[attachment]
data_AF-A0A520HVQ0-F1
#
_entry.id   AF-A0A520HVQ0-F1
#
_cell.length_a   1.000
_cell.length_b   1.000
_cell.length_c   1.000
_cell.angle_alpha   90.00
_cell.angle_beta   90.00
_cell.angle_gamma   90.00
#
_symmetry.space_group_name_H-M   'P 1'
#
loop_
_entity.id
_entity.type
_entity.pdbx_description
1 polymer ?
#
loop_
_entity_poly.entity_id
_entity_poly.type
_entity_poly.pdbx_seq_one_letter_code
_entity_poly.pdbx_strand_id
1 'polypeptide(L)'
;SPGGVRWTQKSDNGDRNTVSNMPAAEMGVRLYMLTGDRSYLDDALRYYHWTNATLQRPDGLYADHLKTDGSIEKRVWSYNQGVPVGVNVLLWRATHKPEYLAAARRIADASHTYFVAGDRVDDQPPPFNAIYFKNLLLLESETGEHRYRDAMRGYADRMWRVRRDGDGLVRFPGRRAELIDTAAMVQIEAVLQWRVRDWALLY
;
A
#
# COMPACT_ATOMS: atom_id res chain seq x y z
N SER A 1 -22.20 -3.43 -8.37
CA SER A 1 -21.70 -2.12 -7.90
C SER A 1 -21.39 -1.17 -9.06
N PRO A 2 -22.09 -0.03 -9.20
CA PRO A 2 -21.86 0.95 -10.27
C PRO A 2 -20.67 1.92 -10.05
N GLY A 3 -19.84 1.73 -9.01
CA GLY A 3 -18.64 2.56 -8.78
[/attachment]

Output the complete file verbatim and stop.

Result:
data_AF-A0A520HVQ0-F1
#
_entry.id   AF-A0A520HVQ0-F1
#
_cell.length_a   1.000
_cell.length_b   1.000
_cell.length_c   1.000
_cell.angle_alpha   90.00
_cell.angle_beta   90.00
_cell.angle_gamma   90.00
#
_symmetry.space_group_name_H-M   'P 1'
#
loop_
_entity.id
_entity.type
_entity.pdbx_description
1 polymer ?
#
loop_
_entity_poly.entity_id
_entity_poly.type
_entity_poly.pdbx_seq_one_letter_code
_entity_poly.pdbx_strand_id
1 'polypeptide(L)'
;SPGGVRWTQKSDNGDRNTVSNMPAAEMGVRLYMLTGDRSYLDDALRYYHWTNATLQRPDGLYADHLKTDGSIEKRVWSYNQGVPVGVNVLLWRATHKPEYLAAARRIADASHTYFVAGDRVDDQPPPFNAIYFKNLLLLESETGEHRYRDAMRGYADRMWRVRRDGDGLVRFPGRRAELIDTAAMVQIEAVLQWRVRDWALLY
;
A
#
# COMPACT_ATOMS: atom_id res chain seq x y z
N SER A 1 -22.20 -3.43 -8.37
CA SER A 1 -21.70 -2.12 -7.90
C SER A 1 -21.39 -1.17 -9.06
N PRO A 2 -22.09 -0.03 -9.20
CA PRO A 2 -21.86 0.95 -10.27
C PRO A 2 -20.67 1.92 -10.05
N GLY A 3 -19.84 1.73 -9.01
CA GLY A 3 -18.64 2.56 -8.78